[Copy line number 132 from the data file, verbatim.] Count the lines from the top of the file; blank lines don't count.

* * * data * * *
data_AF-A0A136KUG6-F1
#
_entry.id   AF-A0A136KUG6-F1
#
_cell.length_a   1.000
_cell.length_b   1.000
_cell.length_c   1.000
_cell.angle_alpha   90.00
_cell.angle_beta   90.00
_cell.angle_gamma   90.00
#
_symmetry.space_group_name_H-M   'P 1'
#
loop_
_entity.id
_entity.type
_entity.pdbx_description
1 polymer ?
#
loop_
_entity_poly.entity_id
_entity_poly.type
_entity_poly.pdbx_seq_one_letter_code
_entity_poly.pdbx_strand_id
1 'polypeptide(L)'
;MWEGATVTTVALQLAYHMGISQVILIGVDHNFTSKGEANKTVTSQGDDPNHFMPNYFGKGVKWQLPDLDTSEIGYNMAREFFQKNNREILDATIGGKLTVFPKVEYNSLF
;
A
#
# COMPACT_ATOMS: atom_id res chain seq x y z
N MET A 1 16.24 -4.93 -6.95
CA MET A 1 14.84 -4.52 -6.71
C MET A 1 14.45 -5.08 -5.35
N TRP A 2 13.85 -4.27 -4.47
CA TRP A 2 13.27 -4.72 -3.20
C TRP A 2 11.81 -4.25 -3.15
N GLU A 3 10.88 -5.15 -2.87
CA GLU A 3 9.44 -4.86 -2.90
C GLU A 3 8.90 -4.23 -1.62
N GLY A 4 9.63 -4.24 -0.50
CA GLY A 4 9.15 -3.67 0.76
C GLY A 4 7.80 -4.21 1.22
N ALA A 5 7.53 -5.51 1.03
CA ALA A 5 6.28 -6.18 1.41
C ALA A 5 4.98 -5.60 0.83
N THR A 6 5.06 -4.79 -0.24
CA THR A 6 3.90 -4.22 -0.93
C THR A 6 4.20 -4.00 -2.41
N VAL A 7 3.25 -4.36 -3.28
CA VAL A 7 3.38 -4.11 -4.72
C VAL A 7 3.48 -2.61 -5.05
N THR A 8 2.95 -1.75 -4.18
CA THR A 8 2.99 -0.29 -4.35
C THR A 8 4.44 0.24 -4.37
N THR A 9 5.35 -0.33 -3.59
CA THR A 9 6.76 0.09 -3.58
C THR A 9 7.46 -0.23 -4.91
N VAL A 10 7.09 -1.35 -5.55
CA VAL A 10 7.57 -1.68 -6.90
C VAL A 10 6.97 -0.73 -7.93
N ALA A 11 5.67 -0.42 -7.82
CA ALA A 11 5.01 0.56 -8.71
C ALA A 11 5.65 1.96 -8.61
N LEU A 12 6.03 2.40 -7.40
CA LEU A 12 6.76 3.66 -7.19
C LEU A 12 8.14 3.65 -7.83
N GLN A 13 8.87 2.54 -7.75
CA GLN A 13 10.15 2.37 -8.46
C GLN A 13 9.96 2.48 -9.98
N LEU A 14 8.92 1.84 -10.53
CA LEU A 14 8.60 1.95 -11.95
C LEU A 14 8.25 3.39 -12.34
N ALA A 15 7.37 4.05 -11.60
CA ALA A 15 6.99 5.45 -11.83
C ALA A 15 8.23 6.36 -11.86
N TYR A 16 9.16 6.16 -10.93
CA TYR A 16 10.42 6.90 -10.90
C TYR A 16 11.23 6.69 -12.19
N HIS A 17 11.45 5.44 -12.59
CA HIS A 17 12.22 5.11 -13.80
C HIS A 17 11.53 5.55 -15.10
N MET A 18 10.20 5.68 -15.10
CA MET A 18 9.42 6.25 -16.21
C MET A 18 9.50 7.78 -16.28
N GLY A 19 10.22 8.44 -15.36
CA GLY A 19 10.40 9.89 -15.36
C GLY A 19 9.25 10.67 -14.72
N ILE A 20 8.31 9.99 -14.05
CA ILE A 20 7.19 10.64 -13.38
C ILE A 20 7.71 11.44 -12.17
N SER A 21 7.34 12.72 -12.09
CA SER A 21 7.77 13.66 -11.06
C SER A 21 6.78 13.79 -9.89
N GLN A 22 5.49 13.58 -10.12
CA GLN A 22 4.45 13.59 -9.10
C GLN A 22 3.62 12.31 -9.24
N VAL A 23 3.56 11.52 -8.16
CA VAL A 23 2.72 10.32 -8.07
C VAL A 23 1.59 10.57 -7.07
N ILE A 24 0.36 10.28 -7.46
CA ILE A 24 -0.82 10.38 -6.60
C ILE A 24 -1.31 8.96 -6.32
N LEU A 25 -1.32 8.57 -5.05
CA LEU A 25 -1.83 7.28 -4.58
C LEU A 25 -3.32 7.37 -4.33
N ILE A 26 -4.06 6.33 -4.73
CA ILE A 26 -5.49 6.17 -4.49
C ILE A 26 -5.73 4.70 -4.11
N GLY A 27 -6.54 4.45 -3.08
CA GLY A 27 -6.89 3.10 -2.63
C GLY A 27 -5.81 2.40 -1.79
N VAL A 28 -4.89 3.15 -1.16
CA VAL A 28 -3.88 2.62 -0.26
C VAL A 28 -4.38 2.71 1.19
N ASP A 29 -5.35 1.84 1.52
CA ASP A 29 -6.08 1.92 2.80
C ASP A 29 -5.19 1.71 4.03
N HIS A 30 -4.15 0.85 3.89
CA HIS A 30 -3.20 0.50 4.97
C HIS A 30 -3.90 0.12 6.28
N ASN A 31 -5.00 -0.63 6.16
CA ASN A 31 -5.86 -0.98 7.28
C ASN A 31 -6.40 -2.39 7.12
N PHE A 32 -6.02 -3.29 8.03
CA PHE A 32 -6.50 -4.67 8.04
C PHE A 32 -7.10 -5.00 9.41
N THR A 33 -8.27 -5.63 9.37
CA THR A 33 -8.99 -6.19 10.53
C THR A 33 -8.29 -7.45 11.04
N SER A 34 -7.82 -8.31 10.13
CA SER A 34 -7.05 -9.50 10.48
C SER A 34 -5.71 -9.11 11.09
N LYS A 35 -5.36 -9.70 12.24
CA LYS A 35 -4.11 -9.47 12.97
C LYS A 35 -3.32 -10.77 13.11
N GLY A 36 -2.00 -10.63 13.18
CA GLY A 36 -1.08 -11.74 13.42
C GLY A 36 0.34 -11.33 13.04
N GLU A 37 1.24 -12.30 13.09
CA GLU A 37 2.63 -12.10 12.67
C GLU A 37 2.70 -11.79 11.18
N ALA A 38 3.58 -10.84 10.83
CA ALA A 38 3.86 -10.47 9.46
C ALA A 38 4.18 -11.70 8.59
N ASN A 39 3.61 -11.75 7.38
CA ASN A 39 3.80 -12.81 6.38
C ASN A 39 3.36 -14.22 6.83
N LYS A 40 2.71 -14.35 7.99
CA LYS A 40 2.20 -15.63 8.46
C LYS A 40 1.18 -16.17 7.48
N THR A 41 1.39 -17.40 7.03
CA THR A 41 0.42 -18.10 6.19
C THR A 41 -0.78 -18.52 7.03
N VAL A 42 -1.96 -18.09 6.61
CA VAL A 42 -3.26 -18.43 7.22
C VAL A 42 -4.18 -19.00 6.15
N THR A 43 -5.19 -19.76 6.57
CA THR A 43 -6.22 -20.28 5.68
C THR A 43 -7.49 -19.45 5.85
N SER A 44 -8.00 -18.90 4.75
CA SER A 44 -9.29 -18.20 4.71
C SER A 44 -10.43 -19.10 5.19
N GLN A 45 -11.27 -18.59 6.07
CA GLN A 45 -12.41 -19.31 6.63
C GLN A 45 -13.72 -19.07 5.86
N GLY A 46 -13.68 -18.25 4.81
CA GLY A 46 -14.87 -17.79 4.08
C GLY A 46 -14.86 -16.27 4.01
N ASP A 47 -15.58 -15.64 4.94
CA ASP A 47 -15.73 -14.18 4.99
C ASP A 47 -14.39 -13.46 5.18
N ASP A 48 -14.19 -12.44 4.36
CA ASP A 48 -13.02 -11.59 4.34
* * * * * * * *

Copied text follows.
C SER A 34 -5.71 -9.11 11.09